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          Three Rules to Perfect Pie Crust

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          Juicy, fruity pie in a crisp, buttery crust is enough to set any mouth watering. Yet even many experienced bakers get a little nervous at the prospect of handling, rolling and shaping homemade pastry. And for every “expert” you ask, you’ll get a dozen pie crust tips and countless points of view on the best approach to achieving flawless flakiness.

          We’ve met those who swear by shortening, butter loyalists, and those who insist on lard. (Yes, lard.) Some blend with forks, some with knives, some with special cutters and some with the gentle power of bare hands. Some even believe that a splash of vodka in the dough boosts tenderness! But no matter what your recipe or preferred technique, a few key pie crust tips stand firm.

          Read on for our three Commandments of Crust

          Keep it cold

          When it comes to working with pie dough, heat is a baker’s worst enemy. Not only is a dough that has been kept cool firmer and easier to handle, but it also bakes up flakier and more tender.

          To make your life easier, use nice firm butter (or your fat of choice) and consider chilling your flour in the freezer for a half hour or so before mixing the dough. Make sure any liquid added is nice and cold too. Always chill the dough well between mixing and rolling, and if you have lined pie pans waiting around to be filled, pop them in the fridge or freezer in the meantime.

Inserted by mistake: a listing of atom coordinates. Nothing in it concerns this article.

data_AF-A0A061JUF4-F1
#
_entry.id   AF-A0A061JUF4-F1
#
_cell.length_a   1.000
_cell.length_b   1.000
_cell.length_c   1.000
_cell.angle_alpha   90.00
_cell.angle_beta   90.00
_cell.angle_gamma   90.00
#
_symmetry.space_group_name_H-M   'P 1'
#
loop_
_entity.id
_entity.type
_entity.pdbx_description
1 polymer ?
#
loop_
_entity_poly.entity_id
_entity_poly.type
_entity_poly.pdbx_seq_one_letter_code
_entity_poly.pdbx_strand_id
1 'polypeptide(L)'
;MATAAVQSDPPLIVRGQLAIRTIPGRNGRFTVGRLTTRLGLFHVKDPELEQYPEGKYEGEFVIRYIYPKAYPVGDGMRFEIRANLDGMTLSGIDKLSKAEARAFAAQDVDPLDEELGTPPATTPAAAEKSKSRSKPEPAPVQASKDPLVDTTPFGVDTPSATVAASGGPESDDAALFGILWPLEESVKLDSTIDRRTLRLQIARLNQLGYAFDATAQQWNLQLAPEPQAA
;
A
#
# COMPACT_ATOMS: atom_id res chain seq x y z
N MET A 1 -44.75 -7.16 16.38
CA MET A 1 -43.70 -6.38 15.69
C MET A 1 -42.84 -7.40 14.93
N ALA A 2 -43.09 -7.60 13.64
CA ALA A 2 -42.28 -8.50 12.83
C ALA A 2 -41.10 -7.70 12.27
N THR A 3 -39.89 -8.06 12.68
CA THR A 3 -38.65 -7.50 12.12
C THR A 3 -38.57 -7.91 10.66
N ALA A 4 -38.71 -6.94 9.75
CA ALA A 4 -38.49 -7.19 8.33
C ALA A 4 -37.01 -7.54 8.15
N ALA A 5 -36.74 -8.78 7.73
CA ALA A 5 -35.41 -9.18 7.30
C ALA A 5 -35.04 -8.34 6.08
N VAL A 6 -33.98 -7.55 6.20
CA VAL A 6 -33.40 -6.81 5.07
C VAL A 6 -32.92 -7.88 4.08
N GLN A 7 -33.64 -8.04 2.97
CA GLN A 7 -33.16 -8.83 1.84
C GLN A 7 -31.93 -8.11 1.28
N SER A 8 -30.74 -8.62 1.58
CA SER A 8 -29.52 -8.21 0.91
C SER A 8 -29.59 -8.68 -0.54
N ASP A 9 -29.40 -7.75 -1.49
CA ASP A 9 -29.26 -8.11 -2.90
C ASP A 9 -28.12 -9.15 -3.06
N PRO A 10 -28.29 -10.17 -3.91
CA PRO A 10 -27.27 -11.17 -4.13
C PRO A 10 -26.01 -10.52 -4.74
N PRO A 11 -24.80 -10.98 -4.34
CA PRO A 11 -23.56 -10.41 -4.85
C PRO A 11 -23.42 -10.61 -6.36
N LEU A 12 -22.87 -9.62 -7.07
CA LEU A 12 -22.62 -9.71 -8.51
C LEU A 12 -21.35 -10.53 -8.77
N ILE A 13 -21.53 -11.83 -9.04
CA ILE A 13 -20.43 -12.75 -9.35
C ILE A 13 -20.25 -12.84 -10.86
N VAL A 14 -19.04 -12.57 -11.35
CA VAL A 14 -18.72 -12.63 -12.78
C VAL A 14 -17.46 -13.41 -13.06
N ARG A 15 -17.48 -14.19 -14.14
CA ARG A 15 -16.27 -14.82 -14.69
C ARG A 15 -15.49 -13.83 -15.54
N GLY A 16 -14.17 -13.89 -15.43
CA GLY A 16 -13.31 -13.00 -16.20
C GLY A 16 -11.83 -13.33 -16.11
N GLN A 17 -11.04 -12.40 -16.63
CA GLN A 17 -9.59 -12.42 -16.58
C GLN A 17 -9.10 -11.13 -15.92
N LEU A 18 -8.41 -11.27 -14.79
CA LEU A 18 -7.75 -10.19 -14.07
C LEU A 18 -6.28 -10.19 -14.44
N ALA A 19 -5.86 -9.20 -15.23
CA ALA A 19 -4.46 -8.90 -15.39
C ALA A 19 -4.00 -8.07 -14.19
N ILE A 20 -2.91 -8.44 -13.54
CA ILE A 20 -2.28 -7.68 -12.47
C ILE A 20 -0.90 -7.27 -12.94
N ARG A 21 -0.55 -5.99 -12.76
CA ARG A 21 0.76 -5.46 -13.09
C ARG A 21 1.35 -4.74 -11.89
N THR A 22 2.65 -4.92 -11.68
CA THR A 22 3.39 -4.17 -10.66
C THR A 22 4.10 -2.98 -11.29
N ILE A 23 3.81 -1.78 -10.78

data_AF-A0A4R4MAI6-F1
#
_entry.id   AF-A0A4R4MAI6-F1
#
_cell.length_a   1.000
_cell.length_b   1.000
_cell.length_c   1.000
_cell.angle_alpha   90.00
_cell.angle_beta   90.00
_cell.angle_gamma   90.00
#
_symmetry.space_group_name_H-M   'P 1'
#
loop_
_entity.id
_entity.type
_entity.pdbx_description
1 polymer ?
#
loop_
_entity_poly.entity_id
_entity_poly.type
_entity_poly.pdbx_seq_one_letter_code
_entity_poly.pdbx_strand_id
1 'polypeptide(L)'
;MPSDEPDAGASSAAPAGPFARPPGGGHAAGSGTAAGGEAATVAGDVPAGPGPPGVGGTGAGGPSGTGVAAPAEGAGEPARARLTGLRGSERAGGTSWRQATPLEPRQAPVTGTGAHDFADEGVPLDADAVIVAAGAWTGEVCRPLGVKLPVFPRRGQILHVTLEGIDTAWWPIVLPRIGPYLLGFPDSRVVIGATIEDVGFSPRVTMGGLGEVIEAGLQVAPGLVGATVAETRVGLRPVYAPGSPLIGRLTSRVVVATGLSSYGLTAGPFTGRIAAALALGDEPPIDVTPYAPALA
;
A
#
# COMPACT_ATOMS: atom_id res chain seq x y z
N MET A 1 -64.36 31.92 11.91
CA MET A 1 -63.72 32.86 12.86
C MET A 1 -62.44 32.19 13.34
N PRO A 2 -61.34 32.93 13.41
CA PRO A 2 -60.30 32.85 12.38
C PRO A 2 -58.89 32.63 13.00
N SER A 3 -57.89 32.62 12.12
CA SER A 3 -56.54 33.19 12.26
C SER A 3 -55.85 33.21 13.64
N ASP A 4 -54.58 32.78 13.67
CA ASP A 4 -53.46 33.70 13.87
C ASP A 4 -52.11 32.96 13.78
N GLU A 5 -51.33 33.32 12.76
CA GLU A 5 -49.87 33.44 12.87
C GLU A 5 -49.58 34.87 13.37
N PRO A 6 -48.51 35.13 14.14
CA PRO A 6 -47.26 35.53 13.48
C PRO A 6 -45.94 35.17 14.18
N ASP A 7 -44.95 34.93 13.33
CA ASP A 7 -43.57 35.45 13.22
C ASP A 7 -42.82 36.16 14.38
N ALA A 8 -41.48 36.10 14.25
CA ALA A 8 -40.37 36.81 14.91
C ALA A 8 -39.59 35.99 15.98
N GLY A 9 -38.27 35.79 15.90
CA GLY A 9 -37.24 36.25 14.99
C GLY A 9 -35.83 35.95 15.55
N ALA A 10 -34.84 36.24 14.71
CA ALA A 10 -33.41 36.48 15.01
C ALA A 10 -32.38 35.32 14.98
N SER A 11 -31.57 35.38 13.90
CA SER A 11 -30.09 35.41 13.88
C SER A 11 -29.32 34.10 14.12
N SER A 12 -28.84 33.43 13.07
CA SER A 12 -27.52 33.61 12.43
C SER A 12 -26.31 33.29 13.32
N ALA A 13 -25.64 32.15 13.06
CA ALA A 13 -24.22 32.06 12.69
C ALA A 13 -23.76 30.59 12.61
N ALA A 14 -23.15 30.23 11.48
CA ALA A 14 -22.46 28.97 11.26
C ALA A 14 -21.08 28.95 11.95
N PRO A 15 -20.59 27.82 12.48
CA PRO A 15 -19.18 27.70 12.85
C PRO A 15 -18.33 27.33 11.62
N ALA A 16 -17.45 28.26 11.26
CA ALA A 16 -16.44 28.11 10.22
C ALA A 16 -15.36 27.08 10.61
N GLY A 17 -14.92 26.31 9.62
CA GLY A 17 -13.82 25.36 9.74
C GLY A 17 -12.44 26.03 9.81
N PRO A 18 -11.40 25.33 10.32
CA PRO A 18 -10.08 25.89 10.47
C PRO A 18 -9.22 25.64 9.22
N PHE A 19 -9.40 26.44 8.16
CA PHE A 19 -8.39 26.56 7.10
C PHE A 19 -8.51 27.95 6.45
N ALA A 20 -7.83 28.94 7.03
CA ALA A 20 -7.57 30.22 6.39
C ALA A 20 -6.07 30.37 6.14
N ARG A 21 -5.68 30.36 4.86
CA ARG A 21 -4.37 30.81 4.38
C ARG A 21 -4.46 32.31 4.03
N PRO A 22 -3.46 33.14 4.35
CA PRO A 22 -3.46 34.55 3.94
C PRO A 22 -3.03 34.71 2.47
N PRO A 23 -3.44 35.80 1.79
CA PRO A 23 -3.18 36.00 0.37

Respect the power of flour

          A dusting of flour of a must to prevent sticking while you roll out dough, but don’t overdo it. Piling on too much flour leads to a tough crust. If you’re struggling with stickiness, try placing the dough on a cookie sheet and popping it back in the fridge to cool down for five minutes, then give it another try.

          Be scrap savvy

          Gathering up and re-rolling scraps reduces waste, but keep in mind that dough becomes a little less delicate and tender every time it gets worked — so one round of scrap-rolling is probably enough if you’re aiming for a super-flaky finish.

          But that doesn’t mean you have to throw those last bits away. Even the most tired remnants make fantastic cookies when rolled, cut in shapes and brushed with milk or cream and sprinkled with cinnamon sugar. As the baker, you get the first bite out of the oven!

          More Tips from Pastry Chef Gesine Bullock-Prado

          See what else Gesine has to share in her new class, Pies & Tarts for Every Season.

          Do you have some Crust Commandments of your own? Let us know in the comments.

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          Three Rules to Perfect Pie Crust